After this we drove around to the Roc de Conilhac, which is a little hill with 360 degree views all around which is used by the LPO for their autumn migration count. The LPO (Ligue pour la Protection des Oiseaux) is the French equivalent of the RSPB. However, the road leading most directly was a small narrow one so we decided to go a different way, annoyingly we ended up going through Gruissan and taking a really long route around. This was mostly caused by using Google maps as a satnav as the Roc is not marked on either the Moho's satnav nor Waze which K uses as a satnav on his phone. Google didn't know we were in a 7m long vehicle so it told us to go through the centre of Gruissan (to be fair, all satnavs would probably do the same thing, if they thought it was shorter/faster). Not a problem if you are in a car, but the streets were narrow and in one place was full of people eating out at pavement cafes. Keith kept yelling in horror "Where are you taking me?????" and I could only blame it on Google.... 😂 We did get through with not too much trouble, but I'll remember in future to take the longer road round the outside of the village!
Eventually we made it to the Roc and walked the short walk up to the top. There was a group of people sitting in the shade of probably the only decent sized bush at the top looking out for any migrating birds, but birds prefer a good north-west wind to help them along the way, and we don't like going out on windy days! It was well worth the visit though as the views were stunning, there were flamingos in the lagoons below (and we passed some in a lagoon at Gruissan), and there were a number of information panels giving not only info on bird migration, but also showing the view in that particular direction and telling you what everything was in the distance.
We had a chat with the birders, who turned out to be holiday makers, as the LPO people don't go there every day if there isn't a wind in the right direction. They had seen some birds but not a lot. There is a blackboard there with a list of the birds and the numbers that had passed - about 87,000 Honey Buzzards and something like 5 Rollers! I knew that Honey Buzzards were early to leave but at least those numbers indicate they (as a species) are doing well, I would think.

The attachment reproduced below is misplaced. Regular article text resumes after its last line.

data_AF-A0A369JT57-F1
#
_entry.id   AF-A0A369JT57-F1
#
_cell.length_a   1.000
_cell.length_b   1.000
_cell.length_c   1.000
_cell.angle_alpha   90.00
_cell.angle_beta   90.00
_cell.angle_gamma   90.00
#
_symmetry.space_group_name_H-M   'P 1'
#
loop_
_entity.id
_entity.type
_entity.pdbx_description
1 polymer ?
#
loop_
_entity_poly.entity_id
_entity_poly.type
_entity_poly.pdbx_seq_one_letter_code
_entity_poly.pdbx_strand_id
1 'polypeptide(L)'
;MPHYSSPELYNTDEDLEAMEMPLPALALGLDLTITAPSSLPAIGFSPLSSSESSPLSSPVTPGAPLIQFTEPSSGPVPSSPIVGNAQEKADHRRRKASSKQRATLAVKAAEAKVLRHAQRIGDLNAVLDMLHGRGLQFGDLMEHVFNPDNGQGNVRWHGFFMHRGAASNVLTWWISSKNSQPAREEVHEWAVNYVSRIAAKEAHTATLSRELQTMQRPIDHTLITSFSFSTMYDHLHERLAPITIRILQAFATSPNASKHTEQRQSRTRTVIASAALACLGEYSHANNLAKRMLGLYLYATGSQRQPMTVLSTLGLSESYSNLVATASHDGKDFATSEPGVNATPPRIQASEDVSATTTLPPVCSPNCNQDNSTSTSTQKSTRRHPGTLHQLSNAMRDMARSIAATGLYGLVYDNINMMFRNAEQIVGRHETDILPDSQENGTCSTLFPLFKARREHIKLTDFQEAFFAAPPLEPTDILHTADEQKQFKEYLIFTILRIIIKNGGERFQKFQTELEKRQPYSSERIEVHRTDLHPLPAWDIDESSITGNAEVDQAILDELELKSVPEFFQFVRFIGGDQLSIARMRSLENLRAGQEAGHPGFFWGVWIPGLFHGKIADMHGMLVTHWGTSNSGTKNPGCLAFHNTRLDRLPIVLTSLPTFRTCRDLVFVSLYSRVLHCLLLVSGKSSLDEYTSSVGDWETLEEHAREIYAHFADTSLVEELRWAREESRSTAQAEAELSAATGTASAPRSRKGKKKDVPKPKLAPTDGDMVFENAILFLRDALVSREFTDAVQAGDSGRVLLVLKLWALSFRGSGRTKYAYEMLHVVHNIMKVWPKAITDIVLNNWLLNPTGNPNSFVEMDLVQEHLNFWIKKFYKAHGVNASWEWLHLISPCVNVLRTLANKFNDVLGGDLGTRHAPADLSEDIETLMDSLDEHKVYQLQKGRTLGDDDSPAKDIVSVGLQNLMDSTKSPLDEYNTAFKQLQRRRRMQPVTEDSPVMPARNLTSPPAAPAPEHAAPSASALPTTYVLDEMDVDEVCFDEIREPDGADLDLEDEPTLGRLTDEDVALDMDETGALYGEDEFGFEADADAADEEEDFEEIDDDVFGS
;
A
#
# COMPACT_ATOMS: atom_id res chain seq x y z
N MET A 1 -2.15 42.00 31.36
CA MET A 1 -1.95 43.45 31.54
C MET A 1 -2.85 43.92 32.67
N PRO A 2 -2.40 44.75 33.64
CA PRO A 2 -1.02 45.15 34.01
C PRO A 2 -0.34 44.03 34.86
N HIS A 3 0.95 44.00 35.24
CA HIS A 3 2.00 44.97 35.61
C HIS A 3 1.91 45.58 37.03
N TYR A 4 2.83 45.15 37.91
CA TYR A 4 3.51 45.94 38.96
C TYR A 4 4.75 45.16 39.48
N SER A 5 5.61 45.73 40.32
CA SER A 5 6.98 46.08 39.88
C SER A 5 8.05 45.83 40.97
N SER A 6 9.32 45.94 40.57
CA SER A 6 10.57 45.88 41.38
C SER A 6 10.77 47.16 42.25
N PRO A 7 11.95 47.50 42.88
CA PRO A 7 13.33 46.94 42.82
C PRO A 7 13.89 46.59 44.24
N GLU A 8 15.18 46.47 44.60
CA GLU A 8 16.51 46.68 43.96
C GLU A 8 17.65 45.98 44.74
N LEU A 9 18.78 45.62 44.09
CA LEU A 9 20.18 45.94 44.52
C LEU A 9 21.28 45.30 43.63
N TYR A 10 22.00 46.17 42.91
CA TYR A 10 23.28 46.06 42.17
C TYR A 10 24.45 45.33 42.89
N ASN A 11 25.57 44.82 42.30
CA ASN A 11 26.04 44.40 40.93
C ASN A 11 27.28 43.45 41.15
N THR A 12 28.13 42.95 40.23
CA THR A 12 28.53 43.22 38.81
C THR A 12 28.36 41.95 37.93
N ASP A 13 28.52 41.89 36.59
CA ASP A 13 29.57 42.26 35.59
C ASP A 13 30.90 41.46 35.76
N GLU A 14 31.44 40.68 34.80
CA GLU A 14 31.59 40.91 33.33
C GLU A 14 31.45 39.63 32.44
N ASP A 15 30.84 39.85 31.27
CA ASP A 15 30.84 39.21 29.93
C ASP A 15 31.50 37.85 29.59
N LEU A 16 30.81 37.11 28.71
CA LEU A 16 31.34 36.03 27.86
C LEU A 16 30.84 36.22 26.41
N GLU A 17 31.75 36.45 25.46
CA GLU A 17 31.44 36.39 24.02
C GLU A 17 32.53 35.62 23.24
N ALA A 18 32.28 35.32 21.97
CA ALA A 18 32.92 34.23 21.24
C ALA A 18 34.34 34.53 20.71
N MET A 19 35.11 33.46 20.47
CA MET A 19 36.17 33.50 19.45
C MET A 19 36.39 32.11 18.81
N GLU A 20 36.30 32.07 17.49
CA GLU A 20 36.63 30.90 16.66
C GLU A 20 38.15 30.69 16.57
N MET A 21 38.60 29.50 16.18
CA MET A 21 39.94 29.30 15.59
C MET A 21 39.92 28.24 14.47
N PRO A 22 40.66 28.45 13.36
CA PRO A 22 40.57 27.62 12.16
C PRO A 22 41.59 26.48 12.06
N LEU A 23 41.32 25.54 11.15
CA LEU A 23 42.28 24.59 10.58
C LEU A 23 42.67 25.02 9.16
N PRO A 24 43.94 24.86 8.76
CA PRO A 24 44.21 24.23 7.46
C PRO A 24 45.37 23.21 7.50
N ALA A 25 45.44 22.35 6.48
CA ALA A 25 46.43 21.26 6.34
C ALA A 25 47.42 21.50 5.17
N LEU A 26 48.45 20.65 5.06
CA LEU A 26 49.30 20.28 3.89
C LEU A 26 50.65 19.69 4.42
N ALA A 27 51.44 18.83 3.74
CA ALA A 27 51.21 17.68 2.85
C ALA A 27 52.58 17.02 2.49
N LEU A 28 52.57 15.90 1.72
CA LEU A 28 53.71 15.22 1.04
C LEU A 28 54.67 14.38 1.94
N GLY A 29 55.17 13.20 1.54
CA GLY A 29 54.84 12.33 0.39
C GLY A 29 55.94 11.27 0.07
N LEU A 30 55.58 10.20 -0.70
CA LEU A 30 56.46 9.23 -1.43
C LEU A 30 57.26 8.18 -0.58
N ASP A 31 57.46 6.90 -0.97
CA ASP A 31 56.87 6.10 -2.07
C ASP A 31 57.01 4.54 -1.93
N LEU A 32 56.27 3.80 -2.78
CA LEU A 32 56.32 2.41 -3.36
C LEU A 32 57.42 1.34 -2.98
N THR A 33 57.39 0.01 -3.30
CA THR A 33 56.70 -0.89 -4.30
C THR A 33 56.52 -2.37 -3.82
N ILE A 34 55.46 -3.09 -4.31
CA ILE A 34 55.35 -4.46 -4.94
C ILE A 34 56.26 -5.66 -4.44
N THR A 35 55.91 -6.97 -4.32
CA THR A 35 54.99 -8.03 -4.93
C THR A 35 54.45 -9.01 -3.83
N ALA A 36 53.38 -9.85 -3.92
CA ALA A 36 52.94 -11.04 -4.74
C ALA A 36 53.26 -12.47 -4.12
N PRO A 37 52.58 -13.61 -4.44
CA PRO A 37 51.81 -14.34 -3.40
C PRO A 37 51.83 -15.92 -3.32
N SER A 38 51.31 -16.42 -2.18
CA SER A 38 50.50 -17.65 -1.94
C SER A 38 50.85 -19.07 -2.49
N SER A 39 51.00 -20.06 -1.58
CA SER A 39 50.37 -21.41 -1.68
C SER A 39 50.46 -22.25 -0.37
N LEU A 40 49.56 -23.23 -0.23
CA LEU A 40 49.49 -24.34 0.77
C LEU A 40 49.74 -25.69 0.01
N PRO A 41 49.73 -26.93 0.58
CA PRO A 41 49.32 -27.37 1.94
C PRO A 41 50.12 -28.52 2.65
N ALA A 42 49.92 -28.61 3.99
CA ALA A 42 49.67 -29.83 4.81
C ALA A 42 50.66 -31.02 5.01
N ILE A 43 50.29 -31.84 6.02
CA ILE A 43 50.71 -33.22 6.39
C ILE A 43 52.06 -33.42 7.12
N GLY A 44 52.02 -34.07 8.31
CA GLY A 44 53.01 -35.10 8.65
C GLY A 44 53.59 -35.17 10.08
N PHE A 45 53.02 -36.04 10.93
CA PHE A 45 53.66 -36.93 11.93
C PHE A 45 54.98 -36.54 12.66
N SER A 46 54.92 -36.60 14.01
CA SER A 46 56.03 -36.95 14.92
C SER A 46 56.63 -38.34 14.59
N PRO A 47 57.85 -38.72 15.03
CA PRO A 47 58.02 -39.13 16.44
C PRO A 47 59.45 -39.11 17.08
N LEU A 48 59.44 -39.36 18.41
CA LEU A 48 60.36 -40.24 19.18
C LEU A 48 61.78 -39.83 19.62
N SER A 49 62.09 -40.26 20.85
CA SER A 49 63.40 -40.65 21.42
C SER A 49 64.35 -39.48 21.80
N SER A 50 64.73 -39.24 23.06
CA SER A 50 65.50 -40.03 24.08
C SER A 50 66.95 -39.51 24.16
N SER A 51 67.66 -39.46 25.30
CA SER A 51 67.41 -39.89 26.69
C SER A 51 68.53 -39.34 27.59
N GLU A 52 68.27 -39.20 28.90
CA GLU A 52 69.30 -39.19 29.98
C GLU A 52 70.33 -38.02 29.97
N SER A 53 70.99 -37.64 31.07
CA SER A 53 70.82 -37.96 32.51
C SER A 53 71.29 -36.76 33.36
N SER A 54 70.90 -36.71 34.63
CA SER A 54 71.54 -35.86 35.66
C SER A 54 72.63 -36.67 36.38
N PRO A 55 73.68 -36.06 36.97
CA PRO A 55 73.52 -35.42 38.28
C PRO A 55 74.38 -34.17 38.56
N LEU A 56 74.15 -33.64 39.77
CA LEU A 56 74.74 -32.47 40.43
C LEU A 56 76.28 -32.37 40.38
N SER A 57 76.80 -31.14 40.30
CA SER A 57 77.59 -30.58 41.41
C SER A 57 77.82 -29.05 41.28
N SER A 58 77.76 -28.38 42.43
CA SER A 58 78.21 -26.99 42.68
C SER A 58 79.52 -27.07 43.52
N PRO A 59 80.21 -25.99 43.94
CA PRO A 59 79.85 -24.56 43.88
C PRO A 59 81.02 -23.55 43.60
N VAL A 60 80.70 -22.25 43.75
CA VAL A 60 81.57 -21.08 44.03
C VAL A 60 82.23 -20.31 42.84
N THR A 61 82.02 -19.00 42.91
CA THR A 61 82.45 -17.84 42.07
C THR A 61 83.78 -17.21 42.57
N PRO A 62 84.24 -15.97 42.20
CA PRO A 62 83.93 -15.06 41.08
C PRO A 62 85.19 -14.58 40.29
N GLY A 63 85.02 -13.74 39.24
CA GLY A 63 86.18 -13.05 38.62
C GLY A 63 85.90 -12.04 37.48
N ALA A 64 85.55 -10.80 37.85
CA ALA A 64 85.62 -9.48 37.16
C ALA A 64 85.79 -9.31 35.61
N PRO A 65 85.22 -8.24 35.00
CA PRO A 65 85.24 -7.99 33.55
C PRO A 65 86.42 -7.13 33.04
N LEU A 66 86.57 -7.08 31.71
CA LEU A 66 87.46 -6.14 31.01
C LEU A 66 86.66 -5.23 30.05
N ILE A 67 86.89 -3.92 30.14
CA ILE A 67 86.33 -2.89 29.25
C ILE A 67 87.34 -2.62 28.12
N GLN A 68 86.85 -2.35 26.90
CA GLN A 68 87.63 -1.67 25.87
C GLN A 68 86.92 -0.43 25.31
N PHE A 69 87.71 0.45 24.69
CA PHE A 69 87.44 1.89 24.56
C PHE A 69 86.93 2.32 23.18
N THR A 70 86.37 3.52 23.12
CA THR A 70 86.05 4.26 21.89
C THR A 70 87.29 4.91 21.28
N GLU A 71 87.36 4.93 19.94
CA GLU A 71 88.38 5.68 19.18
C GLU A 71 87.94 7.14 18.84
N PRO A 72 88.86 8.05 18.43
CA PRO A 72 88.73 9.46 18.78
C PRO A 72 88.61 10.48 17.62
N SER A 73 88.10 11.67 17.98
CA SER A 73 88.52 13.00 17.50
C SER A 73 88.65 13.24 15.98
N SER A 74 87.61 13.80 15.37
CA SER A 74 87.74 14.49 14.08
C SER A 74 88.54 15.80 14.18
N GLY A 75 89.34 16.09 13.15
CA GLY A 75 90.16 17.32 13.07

As I mentioned Monika's visit at the beginning of this post, I'll put this photo here, of us with her adorable little dog, Olivia. Sadly, Olivia has her eyes closed in this pic! She didn't come into the house because of the cats, but Monika did carry her round to the patio where Olivia sat on M's lap and the cats glared at her, but didn't run away. Amazingly my really nervous cat, Bertie, was friendly to M, whereas Harry the big ginger boy ran a mile every time he saw her. Cats are odd.
In case you wondered, no we didn't socially distance, but neither did we hug, which is really hard when you see an old friend who you haven't seen for a while. Monika was travelling on her own with her dog and staying at aires, not campsites, and not having a lot of contact with other people, and she thinks she had the virus back in January, so we reckoned we could be brave. I'm not sure how you really manage to socially distance when you have someone visit your house anyway; that would be really hard. In any event, we have barely socialised since the pandemic broke out and have kept our distance from people as much as possible in shops etc, and always worn masks.
I have more photos prepared but think this is quite long enough, so I will do another post of outings. Tomorrow we are planning to revisit the Ile Sainte Lucie - in the CAR!!! 😄😄😄